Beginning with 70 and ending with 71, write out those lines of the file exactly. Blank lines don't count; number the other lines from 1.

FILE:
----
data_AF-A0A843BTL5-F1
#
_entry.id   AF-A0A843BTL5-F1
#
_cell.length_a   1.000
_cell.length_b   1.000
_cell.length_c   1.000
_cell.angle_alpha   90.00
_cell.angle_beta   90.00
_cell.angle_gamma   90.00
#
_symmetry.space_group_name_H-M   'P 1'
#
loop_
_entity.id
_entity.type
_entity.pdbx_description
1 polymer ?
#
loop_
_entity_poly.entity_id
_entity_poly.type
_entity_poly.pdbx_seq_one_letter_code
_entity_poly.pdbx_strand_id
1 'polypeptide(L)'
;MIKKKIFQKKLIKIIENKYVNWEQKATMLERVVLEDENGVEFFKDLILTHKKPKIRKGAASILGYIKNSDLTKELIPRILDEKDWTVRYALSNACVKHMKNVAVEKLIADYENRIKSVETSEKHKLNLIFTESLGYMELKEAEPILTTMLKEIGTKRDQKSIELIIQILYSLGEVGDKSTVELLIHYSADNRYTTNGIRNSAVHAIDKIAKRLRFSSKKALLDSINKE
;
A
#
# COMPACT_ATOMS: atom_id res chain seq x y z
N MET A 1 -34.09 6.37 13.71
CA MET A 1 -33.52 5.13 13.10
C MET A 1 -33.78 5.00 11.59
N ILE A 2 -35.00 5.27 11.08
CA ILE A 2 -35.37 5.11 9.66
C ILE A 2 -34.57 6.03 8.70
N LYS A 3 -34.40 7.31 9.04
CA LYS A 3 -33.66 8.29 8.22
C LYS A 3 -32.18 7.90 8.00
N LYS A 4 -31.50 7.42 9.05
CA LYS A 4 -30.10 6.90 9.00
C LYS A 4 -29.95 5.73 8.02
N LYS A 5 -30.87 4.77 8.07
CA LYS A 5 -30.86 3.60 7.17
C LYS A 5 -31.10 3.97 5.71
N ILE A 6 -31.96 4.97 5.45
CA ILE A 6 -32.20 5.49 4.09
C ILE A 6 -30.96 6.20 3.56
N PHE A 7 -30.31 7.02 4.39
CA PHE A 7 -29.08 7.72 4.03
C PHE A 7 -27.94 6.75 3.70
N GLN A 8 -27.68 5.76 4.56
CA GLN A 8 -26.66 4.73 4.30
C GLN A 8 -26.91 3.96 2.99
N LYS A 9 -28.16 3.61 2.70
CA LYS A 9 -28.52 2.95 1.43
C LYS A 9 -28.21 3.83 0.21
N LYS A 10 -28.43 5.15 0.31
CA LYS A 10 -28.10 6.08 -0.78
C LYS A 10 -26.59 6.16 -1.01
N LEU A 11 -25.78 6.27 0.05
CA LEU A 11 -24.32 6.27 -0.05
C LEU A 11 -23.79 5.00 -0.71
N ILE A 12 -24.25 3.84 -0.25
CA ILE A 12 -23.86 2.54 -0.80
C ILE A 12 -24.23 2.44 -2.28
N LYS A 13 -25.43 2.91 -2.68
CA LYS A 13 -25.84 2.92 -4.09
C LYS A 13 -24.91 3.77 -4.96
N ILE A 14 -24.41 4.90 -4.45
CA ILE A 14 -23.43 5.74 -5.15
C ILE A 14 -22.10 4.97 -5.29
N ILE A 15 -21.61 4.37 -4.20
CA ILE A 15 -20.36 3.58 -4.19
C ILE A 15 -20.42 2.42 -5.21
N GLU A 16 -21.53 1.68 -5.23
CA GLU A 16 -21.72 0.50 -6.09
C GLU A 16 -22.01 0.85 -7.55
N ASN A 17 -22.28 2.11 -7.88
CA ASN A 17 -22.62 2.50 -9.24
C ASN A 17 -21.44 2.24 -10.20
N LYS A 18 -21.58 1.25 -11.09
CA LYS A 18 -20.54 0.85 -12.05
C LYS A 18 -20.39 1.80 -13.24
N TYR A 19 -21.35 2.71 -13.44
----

N ILE A 14 -24.41 4.90 -4.45
CA ILE A 14 -23.43 5.74 -5.15